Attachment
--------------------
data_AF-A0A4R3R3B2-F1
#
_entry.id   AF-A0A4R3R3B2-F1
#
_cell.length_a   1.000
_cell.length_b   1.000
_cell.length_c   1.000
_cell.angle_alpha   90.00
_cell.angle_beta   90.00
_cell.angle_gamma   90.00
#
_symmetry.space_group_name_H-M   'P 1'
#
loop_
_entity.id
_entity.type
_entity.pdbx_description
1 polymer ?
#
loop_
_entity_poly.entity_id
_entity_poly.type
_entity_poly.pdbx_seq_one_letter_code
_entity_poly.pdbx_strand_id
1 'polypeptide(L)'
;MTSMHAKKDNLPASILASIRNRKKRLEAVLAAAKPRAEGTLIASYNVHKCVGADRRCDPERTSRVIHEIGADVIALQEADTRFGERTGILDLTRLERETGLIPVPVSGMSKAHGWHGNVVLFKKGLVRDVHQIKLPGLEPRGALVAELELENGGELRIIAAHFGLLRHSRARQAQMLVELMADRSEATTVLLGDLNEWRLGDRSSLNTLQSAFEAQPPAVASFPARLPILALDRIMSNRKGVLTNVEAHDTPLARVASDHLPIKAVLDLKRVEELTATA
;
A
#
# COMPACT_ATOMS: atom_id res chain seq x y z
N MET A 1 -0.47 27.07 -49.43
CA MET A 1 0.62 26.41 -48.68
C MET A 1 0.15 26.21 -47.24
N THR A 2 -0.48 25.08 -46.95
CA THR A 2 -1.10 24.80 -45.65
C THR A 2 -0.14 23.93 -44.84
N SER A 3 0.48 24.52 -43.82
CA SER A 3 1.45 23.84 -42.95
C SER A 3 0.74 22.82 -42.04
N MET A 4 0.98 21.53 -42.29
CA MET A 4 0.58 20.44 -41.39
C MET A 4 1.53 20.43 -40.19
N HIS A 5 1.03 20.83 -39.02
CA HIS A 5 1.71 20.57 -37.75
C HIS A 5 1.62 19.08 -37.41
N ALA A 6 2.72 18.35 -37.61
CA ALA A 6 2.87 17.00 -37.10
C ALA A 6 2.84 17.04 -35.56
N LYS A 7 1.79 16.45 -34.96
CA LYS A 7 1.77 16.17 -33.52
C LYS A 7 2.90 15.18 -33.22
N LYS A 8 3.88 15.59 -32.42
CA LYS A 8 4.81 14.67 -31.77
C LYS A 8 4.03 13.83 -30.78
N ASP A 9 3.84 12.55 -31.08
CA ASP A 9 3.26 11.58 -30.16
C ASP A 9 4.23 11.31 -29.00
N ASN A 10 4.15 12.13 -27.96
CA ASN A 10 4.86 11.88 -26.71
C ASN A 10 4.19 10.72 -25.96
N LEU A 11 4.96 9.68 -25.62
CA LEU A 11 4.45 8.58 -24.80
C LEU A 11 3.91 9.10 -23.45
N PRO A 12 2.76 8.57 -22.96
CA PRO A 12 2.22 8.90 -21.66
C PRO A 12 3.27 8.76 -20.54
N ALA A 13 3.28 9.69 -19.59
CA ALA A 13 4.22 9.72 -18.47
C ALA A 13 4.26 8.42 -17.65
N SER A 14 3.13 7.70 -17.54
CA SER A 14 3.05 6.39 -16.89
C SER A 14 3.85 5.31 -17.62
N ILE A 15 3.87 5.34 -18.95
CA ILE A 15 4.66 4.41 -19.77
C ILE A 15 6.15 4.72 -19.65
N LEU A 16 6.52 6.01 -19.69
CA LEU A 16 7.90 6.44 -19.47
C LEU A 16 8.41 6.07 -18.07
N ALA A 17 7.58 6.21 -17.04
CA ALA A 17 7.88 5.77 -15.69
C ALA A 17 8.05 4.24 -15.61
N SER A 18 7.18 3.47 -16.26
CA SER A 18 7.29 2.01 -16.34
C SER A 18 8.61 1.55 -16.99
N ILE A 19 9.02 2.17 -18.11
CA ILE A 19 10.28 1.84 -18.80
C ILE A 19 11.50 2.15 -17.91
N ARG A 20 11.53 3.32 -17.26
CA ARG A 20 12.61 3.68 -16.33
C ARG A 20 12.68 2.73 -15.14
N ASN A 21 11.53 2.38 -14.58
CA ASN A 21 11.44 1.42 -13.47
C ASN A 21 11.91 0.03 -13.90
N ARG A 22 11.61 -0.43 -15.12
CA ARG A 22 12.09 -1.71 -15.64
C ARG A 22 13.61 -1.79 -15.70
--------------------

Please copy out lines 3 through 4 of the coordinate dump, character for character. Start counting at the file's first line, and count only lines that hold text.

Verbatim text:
_entry.id   AF-A0A4R3R3B2-F1
#